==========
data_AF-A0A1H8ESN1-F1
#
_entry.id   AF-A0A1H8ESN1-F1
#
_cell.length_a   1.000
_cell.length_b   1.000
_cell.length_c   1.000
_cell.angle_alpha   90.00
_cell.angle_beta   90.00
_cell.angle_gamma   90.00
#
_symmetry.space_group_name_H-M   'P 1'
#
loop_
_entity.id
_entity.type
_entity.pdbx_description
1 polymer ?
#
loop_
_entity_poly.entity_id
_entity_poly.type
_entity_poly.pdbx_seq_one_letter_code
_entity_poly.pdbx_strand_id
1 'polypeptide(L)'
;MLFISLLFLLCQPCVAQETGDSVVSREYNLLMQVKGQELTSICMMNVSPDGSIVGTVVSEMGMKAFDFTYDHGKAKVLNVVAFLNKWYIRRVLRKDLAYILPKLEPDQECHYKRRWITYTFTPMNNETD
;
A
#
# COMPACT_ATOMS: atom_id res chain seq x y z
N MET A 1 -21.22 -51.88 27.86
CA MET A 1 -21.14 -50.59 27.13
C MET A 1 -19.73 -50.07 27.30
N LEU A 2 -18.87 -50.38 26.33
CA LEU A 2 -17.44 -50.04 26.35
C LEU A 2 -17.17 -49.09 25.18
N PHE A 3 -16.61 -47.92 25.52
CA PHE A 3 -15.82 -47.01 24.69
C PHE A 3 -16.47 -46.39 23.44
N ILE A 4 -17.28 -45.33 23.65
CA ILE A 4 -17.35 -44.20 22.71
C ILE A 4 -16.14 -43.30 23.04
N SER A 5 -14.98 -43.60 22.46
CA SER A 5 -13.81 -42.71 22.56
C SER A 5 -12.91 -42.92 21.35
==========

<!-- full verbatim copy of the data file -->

data_AF-A0A1H8ESN1-F1
#
_entry.id   AF-A0A1H8ESN1-F1
#
_cell.length_a   1.000
_cell.length_b   1.000
_cell.length_c   1.000
_cell.angle_alpha   90.00
_cell.angle_beta   90.00
_cell.angle_gamma   90.00
#
_symmetry.space_group_name_H-M   'P 1'
#
loop_
_entity.id
_entity.type
_entity.pdbx_description
1 polymer ?
#
loop_
_entity_poly.entity_id
_entity_poly.type
_entity_poly.pdbx_seq_one_letter_code
_entity_poly.pdbx_strand_id
1 'polypeptide(L)'
;MLFISLLFLLCQPCVAQETGDSVVSREYNLLMQVKGQELTSICMMNVSPDGSIVGTVVSEMGMKAFDFTYDHGKAKVLNVVAFLNKWYIRRVLRKDLAYILPKLEPDQECHYKRRWITYTFTPMNNETD
;
A
#
# COMPACT_ATOMS: atom_id res chain seq x y z
N MET A 1 -21.22 -51.88 27.86
CA MET A 1 -21.14 -50.59 27.13
C MET A 1 -19.73 -50.07 27.30
N LEU A 2 -18.87 -50.38 26.33
CA LEU A 2 -17.44 -50.04 26.35
C LEU A 2 -17.17 -49.09 25.18
N PHE A 3 -16.61 -47.92 25.52
CA PHE A 3 -15.82 -47.01 24.69
C PHE A 3 -16.47 -46.39 23.44
N ILE A 4 -17.28 -45.33 23.65
CA ILE A 4 -17.35 -44.20 22.71
C ILE A 4 -16.14 -43.30 23.04
N SER A 5 -14.98 -43.60 22.46
CA SER A 5 -13.81 -42.71 22.56
C SER A 5 -12.91 -42.92 21.35